many thanks for the very encouraging reply. I realise all cases are different, but your partner's situation sounds remarkably similar to my own.
Am now waiting to find out which 'arm' has been selected for me.
Glad to hear things seem to be going well, despite the tiredness.
Paul - welcome to the club nobody wants to join. I too have PCa T3 M2N1 G9
I wish I had known about the STAMPEAD trial, knowing what i know now I would have jumped at the chance if I had known. I'm annoyed i wasn't told.
As others have said the extra close monitoring is well worth happening; having to wait between appointment for 3 months in my case is just too long - you wonder how you are doing.
The one thing to remember about PCa is that it progresses relatively slowly. So don't panic - you have time to consider your options, so my advise is learn as much as you can, from MacMillan, Prostate-Cancer-Charity, and CancerresearchUK websites . Information is power.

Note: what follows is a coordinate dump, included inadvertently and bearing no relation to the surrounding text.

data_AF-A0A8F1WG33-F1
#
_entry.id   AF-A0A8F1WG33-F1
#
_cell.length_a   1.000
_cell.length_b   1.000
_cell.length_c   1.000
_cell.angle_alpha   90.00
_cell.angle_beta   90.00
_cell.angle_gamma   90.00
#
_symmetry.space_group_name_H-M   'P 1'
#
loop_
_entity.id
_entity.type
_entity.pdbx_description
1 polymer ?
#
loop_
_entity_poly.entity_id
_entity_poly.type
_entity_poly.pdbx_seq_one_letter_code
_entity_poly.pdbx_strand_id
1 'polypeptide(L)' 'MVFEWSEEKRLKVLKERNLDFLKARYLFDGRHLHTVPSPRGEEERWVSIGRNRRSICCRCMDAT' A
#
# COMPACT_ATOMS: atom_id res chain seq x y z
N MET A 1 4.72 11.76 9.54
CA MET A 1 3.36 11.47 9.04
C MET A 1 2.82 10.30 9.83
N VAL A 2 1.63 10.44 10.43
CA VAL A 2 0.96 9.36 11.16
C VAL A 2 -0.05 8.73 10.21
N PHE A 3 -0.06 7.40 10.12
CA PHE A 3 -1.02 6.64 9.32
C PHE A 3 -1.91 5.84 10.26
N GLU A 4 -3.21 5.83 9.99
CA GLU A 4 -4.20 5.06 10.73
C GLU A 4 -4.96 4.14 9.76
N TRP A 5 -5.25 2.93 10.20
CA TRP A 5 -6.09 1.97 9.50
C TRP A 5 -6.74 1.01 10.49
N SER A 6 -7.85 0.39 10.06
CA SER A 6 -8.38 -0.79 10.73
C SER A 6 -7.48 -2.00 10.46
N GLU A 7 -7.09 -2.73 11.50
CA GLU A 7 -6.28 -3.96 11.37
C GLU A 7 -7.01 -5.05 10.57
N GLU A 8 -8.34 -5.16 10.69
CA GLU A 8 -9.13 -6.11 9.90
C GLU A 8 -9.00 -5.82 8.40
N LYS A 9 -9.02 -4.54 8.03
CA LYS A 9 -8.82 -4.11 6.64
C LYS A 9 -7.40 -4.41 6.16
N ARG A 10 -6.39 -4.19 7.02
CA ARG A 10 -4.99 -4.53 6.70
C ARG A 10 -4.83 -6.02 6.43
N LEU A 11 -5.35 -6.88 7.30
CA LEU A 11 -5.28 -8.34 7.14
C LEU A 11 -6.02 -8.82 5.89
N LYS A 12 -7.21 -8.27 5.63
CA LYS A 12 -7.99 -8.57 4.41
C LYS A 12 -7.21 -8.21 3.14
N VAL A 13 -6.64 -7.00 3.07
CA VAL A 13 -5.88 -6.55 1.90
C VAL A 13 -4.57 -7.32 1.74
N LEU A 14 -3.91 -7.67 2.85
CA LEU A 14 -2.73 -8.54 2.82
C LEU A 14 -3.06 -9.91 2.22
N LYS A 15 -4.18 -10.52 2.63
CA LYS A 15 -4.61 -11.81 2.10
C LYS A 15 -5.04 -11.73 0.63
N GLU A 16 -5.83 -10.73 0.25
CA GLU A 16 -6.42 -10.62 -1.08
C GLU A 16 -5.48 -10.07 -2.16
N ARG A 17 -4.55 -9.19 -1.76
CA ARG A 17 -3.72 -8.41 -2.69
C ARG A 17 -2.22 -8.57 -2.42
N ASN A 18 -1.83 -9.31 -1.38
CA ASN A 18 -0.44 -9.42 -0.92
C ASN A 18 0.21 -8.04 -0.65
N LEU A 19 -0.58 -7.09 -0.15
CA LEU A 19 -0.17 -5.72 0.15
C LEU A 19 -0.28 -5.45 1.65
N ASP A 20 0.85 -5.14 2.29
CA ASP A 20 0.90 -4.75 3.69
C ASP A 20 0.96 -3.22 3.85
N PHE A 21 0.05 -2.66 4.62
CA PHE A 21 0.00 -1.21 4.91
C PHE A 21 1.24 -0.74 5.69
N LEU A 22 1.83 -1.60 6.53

My Husband was diagnosed 3 months ago after a rectal exam because he was having severe back pain and trouble with urinating. He had also lost a lot of weight but because he had always had variable weight I wasn't too concerned. He did not tell me he had trouble urinating and I thought it was arthritis from his employment.
The blood test showed 271 3 months ago and after consultation and a biopsy the Gleason score was 8- agressive and the CT scan showed cancer at the advanced stage and in his bones. All samples contained the cancer. The Ct scan also showed sever arthritis in his lower back.
He stopped work completely and the consultants, nurses and the macmillan nurses have been fantastic both on a medical level and a personal and professional level and gave us detailed information about the treatment options. We also get regular visits from the district nurse team and they have been very helpful in recommending aids. He was placed on oral hormone therapy immediately and we are on 3 monthly injections and pain killers. We have been told that he will have these indefinitely.